California State University (CSU) trustees discussed cost-reduction measures Tuesday but discounted the possible closure or chartering of one or more of its campuses.
CSU system officers presented ideas to offset the ailing university budget at the Board of Trustees meeting in Long Beach. Among the potential actions were raising professors’ classloads, discontinuing programs at some campuses and further tuition hikes.
“There’s a culture and hysteria that comes when you mention the ‘T-word,’ (tuition)” CSU Chancellor Charles Reed said at the conference. “But what are the alternatives?”
Chief financial officer Benjamin Quillian called the presentation a “menu of options” for trustees to consider Tuesday. He made it clear, however, that the board could not take action until further research and analysis was completed.
The proposals began with those which staff said would cut costs throughout the university system. Much of it focused on creating efficiencies among the CSU campuses by taking action such as raising student-teacher ratios and consolidating administrative functions between universities.
The largest cost-cutting measure, however, involved closing one of the CSU’s smaller campuses. Reed said after the presentation that this was not an option.
“We are not going to close a campus,” he said. “I have never, politically, seen any state do that. As soon as you start that, it starts raining, and it won’t quit.”
Taking center stage for some watching to see what could happen at Cal Poly was an idea to charter one of the more affluent campuses. A local media report last week outlined what chartering would entail; it included the loss of all state funding and the likely outcome of tuition prices skyrocketing.
Prior to the meeting, there was speculation a charter campus of this type would work well at Cal Poly or San Diego State University (SDSU) because of its student population, though no specific mention of those universities was made during the Board of Trustees meeting.
“The demands would be great for external funding,” Quillian said. “And the state would have to be reimbursed for the facilities provided.”
Trustee Steven Glazer, a SDSU alumnus, said he is opposed to chartering a campus. He said it would not free up resources for other campuses but would instead decrease state support even further.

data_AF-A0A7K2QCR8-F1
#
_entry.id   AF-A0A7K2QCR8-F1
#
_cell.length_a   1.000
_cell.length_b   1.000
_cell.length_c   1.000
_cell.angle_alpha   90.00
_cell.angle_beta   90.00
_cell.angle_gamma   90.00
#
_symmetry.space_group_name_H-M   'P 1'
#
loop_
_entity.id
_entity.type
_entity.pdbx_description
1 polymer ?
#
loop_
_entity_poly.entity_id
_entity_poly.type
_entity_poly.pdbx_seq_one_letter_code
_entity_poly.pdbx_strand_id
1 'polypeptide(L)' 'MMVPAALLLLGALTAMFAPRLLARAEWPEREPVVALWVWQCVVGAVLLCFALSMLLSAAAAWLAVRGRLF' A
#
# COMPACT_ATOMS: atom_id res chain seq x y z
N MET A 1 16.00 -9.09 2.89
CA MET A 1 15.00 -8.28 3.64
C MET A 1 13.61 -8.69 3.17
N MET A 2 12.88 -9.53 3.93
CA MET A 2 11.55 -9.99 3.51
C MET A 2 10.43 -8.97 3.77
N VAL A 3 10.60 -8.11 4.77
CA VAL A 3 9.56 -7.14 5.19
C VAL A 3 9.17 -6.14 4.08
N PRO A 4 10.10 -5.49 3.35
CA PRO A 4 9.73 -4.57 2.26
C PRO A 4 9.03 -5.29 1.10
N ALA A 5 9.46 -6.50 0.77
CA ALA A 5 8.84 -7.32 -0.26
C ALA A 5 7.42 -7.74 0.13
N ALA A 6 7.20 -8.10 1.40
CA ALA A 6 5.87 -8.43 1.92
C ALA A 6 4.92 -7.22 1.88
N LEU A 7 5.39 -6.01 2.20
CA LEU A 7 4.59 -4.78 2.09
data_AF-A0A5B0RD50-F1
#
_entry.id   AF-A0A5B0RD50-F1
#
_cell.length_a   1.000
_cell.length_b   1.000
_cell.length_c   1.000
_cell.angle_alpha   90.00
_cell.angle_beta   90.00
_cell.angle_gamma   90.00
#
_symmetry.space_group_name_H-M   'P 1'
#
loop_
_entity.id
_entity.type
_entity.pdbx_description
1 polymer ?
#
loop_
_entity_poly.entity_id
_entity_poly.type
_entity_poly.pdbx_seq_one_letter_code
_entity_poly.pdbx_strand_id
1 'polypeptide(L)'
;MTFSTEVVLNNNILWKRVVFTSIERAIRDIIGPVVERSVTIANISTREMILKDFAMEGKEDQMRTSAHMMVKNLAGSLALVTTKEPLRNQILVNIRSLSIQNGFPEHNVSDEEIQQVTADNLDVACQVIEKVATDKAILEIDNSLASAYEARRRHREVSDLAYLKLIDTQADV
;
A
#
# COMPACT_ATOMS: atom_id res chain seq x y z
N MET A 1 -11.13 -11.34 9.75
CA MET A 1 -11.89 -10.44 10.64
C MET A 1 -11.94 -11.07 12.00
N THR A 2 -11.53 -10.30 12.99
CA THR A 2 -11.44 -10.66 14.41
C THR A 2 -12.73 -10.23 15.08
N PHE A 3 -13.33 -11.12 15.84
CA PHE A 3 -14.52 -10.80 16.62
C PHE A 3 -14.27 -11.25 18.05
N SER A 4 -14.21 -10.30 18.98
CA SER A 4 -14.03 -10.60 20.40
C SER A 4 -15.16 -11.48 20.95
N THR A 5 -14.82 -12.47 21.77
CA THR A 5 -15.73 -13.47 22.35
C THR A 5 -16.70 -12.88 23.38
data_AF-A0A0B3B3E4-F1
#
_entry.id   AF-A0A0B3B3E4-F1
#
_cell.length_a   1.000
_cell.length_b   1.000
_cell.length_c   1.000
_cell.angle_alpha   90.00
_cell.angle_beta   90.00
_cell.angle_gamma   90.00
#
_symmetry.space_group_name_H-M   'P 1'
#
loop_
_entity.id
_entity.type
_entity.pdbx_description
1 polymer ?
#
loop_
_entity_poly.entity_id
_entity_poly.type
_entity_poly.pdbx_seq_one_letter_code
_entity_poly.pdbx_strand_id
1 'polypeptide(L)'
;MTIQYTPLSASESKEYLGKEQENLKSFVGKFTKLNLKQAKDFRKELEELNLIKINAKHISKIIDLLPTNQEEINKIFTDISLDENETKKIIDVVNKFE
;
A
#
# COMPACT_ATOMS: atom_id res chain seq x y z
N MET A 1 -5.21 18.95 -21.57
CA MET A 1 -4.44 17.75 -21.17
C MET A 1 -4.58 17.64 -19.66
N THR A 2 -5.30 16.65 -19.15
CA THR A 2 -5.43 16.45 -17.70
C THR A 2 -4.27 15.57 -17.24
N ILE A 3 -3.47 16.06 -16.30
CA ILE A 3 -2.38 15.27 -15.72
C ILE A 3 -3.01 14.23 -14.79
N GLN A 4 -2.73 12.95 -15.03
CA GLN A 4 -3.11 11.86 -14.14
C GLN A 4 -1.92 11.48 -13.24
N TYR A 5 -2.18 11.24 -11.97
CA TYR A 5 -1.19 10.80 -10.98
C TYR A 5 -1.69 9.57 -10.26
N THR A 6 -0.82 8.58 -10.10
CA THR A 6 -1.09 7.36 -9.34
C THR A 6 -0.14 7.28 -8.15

Cal Poly public relations team leader Stacia Momburg said she and Vice President of Finance Larry Kelley believe it was premature to discuss anything brought up at the meeting Tuesday, since no action was taken by the trustees. She said the university has no authority over the board and must follow whatever decisions it makes.
Several trustees said it was more realistic to implement other measures, including some that were endorsed by the California State Student Association (CSSA) last weekend at a conference in San Luis Obispo. Combining different campuses’ administrations, raising tuition for students taking more than 15 units and charging fees for students who retake courses were among CSSA’s recommendations to the board.
“None of them are good, they’re far from ideal, but the students did show some indication of favorability of a couple of proposals,” CSSA President Greg Washington said.
The cost-cutting techniques come in preparation of a possible $200 million “trigger cut” that would come to the CSU system next year. That trigger cut would only occur if November voters turn down the governor’s proposal to raise taxes for wealthier Californians, as well as the sales tax.
University finance officers have been told to plan as if the cut will come into effect, even though no one will know its fate until the November elections. The cut could become even larger during the state government’s May revise of its budget — some predict it could increase to as much as $250 million.
Kelley sent an email to Cal Poly employees Monday in advance of the meeting in which he thanked professors for their efforts to save money during California’s budget crisis. He wrote that no idea discussed among the Board of Trustees will move forward without “discussion and due diligence.”
“Their list of ideas is just that, a wide range of ideas that may have merit and should be investigated more thoroughly,” he wrote. “The list was generated from a cross-section of employees including presidents, faculty and staff in search of ways to mitigate the reductions.”
The Board of Trustees concluded the conference by agreeing to spend more time considering all the ideas in the coming months and develop details of a financial strategy during summer.